01st Feb2019

‘Rivers of London: Action at a Distance #4’ Review

by Dean Fuller

Written by Andrew Cartmel | Art by Brian Williamdson | Published by Titan Comics


Before jumping into the main part of these scribblings, after all you are here to read a review of the story are you not, I want to give a shout out to what a great cover this issue has. I mentioned with last issue’s review that I thought this story had a touch of the old pulps about it, and this issue has a rather fabulous cover that also references that. It’s in the style of the old EC comics of the 1950’s, and is a pitch perfect imitation. Not that I need a reason to love this book more, but this certainly doesn’t hurt. By now most of you will know what is going on, but for those that came in late, Nightingale and friend Angus Strallen have been pitting wits against a magic using serial killer called Professor Uwe Fischer. This took place in the late 1950’s, and Peter Grant is reading about it in a case file, learning about it as we, the reader, do.

So, Fischer knows he’s been rumbled by Nightingale and Strallen, and has bolted from London back to Cumbria. Ordinarily he’d still be reasonably easy to locate, but of course Fischer just happens to have very powerful friends. In this case, a CIA agent looking to poach him for the U.S away from his work at Windscale atomic energy plant. Nightingale investigates Fischer’s apartment, and among the various comic books finds detailed plans of an atomic pile. Could the serial killer also have ambitions to be a mass murderer? As Peter learns in the present, Fischer was invaluable to the U.K’s nuclear programme at Windscale, as he could move things without having to touch them, avoiding radiation poisoning. A blind eye was turned to his, er, moral shortcomings.

Turnabout is fair play of course, so as Fischer leaves with his new CIA friend, he leaves behind a present. An atomic pile fire, which creates what is, and will remain, the worst accident in British nuclear hsistory. Most people just leave a snotty letter to their colleagues of course, so it’s fair to say Fischer is the baddest of bad pennies. Just the way the CIA like them of course. Of course, what Fischer can do, Nightingale can also do as well, and he duly helps end the atomic ‘accident’ from getting any worse than it is. Three cheers for good magic. Nightingale and Strallen find the rather smug CIA agent, with Fischer, at RAF Alconbury, where Fischer is departing in a plane to Spain. Oh well, too late. The End.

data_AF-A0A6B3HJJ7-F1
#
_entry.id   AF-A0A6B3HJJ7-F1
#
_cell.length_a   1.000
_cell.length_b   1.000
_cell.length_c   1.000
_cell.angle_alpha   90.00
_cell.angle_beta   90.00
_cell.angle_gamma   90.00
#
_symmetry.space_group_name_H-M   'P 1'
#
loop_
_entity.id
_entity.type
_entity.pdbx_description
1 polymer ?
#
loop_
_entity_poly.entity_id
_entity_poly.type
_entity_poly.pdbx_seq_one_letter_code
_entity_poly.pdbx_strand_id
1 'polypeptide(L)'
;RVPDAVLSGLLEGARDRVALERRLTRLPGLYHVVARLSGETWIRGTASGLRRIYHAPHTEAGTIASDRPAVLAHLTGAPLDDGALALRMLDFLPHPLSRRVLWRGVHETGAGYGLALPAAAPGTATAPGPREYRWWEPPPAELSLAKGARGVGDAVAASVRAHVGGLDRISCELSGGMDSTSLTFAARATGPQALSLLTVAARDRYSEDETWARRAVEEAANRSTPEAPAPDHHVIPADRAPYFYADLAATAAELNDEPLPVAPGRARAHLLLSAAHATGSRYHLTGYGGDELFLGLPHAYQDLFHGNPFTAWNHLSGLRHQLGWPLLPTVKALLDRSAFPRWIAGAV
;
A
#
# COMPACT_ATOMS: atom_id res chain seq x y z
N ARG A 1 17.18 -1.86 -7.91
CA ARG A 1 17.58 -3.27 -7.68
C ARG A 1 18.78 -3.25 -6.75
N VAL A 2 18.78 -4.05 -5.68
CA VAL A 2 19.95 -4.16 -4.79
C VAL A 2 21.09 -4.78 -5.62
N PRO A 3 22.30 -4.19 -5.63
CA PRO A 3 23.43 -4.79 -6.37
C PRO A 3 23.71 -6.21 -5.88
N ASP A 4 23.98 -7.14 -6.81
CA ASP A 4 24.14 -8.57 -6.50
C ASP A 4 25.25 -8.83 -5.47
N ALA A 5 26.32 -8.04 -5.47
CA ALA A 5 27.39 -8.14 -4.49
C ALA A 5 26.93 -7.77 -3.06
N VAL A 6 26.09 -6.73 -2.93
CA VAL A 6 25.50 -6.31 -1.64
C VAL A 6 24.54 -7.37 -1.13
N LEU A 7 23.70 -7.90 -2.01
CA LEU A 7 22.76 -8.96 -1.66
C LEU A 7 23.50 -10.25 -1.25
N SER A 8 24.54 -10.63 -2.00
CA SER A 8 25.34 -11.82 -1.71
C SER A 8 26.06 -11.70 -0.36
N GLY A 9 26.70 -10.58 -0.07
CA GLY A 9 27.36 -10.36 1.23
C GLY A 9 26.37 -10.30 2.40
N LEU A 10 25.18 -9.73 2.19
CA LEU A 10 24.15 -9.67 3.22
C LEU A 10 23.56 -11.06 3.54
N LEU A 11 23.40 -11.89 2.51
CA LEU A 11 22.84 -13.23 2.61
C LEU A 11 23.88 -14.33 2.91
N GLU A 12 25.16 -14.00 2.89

Not fooled? Of course not. Remember the whole bit about Fischer and Nightingale being able to manipulate things without needing to touch them? Seems Fischer’s engine developed a sudden fault and, boom, no more plane. That being said, as a long time comic book reader, if I don’t see the body…Cut back to the present day, with Nightingale and Angus’s wife talking at Strallen’s funeral. Turns out Strallen had a son he called Thomas, who is the spitting image of his father. Something that obviously pleases the still Strallen obsessed Molly as well.

A decent resolution and wrap up, though I did think the story promised a little more than it ended up delivering. Fischer sort of got away with things in the sense his disposal was too easy, and all the chasing and legwork seemed for naught. That being said, I enjoyed the events being intertwined with the real life Windscale Fire crisis, and the story flowed nicely, so much so I was wishing there was more than there was. The Windscale text piece was very good reading, and the Peter and Beverley one pager raised a smirk as always. Fun as this blast from the past has been, I’m looking forward to Peter taking centre stage in the future.

A good story arc overall, with good writing with Andrew Cartmel over the four issues, and an ending that just felt a little too pat. Just a little. The art by Brian Williamson was as excellent as always, he’s been a fine replacement for Lee Sullivan, Williamson’s art was perfect for the 50’s setting and if we have any more cases from the past he should be the go to artist. Lovely stuff.

Consistently fun and entertaining in equal measure, always worth your money and time.

**** 4/5

Rivers of London: Action at a Distance #4 is out now from Titan Comics.


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